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Psychiatr Rehabil J. 2017 Sep;40(3):266-275. doi: 10.1037/prj0000243. Epub 2017 Apr 3.

CrossCheck: Integrating self-report, behavioral sensing, and smartphone use to identify digital indicators of psychotic relapse.

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Geisel School of Medicine, Dartmouth College.
Department of Computer Science, Dartmouth College.
Department of Information Science, Cornell University.
Northwell Health.



This purpose of this study was to describe and demonstrate CrossCheck, a multimodal data collection system designed to aid in continuous remote monitoring and identification of subjective and objective indicators of psychotic relapse.


Individuals with schizophrenia-spectrum disorders received a smartphone with the monitoring system installed along with unlimited data plan for 12 months. Participants were instructed to carry the device with them and to complete brief self-reports multiple times a week. Multimodal behavioral sensing (i.e., physical activity, geospatials activity, speech frequency, and duration) and device use data (i.e., call and text activity, app use) were captured automatically. Five individuals who experienced psychiatric hospitalization were selected and described for instructive purposes.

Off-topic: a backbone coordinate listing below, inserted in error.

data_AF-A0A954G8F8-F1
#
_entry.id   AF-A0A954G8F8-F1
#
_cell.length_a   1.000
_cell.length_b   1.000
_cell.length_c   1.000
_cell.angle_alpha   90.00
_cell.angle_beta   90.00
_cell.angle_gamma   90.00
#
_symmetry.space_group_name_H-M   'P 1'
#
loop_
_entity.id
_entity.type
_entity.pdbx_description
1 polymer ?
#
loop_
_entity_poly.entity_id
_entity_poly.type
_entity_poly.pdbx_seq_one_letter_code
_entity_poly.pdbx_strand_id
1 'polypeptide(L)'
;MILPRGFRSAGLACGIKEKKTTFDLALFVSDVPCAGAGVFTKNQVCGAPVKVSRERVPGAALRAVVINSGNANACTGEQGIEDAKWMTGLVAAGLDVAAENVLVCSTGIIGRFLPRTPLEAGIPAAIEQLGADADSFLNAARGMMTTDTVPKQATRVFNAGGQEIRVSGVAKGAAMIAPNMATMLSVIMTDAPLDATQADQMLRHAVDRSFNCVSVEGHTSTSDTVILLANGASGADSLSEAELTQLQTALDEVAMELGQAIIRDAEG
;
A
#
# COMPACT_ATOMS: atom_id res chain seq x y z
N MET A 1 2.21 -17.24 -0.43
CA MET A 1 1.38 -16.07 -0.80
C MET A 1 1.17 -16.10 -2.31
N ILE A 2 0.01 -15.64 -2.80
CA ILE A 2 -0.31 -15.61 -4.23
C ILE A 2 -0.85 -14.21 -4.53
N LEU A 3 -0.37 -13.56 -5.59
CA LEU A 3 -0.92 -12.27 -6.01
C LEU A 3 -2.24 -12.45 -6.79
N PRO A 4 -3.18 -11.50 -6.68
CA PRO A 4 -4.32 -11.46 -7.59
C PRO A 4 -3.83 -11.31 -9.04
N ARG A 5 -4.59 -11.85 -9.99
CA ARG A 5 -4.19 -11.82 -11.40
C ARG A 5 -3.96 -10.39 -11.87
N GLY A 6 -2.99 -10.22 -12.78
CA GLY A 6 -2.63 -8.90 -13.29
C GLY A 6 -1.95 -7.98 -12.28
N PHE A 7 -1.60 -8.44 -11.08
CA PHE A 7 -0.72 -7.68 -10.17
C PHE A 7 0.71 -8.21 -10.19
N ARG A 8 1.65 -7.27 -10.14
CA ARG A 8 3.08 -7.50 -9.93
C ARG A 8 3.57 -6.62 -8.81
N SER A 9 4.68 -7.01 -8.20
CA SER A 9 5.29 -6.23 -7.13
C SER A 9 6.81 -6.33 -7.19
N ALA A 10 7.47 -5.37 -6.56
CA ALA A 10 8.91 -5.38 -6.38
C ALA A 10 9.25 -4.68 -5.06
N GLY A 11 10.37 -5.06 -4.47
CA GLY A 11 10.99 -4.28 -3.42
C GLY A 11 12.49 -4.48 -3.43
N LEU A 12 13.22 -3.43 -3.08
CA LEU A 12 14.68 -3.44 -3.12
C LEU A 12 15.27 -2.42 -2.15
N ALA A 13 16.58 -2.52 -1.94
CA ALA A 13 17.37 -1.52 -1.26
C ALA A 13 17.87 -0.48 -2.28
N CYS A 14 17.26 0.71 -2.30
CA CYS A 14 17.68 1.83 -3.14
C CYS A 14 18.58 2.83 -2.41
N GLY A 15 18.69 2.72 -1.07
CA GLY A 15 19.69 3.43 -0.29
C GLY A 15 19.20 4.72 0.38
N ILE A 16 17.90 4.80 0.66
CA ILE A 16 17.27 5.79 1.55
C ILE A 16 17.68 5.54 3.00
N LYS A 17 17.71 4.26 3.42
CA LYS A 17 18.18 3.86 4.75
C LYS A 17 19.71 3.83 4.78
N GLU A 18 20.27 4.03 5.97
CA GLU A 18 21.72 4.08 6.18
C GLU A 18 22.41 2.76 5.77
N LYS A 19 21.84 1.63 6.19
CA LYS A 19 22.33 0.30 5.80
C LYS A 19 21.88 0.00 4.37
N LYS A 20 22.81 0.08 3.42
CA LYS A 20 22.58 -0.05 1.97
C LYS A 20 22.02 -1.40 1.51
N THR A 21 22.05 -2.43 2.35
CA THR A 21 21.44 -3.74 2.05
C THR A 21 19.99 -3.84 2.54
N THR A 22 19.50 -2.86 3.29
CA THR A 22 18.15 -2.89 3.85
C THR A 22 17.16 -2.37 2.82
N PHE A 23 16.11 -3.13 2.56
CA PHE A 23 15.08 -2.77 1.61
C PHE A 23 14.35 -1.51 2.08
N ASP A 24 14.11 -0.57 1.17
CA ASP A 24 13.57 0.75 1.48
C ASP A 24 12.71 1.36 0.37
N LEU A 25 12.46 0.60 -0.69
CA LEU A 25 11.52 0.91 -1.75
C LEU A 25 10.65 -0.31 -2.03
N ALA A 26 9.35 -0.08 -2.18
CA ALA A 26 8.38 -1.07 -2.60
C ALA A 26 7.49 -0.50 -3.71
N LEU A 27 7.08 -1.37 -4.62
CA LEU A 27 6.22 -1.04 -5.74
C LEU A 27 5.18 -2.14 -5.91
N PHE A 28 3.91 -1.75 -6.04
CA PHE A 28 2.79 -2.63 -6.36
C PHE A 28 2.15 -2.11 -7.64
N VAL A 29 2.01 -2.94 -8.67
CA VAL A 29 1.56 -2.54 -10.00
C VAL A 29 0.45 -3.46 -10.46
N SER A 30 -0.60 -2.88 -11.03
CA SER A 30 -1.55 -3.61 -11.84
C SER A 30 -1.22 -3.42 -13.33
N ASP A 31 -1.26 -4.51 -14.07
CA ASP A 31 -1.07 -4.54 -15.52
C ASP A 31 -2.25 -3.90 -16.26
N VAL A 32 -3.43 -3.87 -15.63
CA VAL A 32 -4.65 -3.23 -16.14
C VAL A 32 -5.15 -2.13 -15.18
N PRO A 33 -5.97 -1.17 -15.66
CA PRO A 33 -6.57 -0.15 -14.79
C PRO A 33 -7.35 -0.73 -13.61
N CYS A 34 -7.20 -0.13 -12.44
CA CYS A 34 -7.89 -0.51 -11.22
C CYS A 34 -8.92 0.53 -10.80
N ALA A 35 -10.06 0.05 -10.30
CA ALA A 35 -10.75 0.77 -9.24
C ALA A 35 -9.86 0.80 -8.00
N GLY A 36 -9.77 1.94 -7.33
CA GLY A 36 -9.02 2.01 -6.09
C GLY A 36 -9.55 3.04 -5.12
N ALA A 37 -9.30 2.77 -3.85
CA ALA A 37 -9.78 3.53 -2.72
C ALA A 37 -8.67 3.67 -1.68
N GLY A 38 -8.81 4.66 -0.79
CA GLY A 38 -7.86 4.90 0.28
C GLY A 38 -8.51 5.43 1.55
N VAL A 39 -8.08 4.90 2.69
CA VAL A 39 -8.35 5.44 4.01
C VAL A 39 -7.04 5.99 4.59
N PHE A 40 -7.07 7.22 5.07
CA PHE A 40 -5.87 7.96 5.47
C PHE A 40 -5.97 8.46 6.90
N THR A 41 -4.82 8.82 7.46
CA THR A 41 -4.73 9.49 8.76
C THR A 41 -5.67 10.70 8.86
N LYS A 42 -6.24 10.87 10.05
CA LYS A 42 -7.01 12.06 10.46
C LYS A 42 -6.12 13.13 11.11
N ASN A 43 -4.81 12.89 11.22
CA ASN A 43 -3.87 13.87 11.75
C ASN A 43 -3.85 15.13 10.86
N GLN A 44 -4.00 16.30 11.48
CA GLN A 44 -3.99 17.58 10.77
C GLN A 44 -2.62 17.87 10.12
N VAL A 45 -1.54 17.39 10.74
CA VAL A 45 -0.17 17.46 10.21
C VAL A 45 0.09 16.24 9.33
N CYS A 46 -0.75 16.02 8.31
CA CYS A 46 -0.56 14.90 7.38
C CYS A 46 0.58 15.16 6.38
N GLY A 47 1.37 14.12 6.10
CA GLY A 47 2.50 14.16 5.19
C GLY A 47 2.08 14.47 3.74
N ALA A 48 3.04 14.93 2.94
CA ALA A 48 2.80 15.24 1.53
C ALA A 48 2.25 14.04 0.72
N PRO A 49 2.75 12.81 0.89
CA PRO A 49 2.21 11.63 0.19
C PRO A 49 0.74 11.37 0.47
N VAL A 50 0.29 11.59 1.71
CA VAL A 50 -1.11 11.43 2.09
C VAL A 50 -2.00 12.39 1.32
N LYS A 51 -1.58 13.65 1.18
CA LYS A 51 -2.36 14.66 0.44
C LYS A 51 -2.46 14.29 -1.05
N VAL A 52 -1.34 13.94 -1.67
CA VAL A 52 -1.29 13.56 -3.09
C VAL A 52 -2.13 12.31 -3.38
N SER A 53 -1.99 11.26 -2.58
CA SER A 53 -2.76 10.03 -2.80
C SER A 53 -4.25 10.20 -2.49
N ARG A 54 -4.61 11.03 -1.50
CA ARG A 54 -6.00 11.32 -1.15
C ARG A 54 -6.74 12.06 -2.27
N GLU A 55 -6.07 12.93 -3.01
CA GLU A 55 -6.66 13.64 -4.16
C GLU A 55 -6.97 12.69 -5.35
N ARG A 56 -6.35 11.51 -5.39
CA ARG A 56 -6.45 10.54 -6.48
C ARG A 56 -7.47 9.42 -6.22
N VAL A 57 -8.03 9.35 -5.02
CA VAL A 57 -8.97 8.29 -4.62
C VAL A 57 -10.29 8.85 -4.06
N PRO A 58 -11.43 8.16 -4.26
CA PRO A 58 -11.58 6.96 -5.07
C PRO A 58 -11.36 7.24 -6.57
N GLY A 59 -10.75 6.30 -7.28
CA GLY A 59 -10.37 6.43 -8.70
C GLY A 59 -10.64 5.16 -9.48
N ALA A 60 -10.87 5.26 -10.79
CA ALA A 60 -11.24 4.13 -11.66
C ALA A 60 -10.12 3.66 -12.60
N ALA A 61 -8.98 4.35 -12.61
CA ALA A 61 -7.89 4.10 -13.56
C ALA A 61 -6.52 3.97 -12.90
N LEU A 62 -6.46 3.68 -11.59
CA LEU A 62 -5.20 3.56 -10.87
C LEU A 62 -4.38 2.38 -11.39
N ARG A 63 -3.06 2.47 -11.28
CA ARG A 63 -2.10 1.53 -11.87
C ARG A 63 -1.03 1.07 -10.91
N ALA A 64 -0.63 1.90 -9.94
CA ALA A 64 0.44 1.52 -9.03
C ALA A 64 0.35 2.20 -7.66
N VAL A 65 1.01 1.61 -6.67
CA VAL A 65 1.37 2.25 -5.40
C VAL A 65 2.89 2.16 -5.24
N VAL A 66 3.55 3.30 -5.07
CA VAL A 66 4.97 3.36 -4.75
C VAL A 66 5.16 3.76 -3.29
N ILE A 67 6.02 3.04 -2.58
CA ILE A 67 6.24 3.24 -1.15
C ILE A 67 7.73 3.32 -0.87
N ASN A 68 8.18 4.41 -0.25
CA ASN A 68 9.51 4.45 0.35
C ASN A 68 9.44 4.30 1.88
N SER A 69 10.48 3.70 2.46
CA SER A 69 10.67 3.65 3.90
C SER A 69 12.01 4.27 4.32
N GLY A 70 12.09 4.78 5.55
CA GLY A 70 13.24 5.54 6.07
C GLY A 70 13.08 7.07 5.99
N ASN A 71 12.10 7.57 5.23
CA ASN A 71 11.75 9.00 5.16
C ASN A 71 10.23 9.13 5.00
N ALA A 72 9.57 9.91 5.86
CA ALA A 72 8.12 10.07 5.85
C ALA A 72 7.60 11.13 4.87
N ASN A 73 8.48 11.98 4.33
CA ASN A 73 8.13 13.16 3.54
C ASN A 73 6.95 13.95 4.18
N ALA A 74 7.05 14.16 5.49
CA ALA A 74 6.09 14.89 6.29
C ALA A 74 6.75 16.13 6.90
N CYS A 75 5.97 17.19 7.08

Participants had unique digital indicators of their psychotic relapse. For some, self-reports provided clear and potentially actionable description of symptom exacerbation prior to hospitalization. Others had behavioral sensing data trends (e.g., shifts in geolocation patterns, declines in physical activity) or device use patterns (e.g., increased nighttime app use, discontinuation of all smartphone use) that reflected the changes they experienced more effectively.


Advancements in mobile technology are enabling collection of an abundance of information that until recently was largely inaccessible to clinical research and practice. However, remote monitoring and relapse detection is in its nascence. Development and evaluation of innovative data management, modeling, and signal-detection techniques that can identify changes within an individual over time (i.e., unique relapse signatures) will be essential if we are to capitalize on these data to improve treatment and prevention. (PsycINFO Database Record

[Available on 2018-09-01]
[Indexed for MEDLINE]

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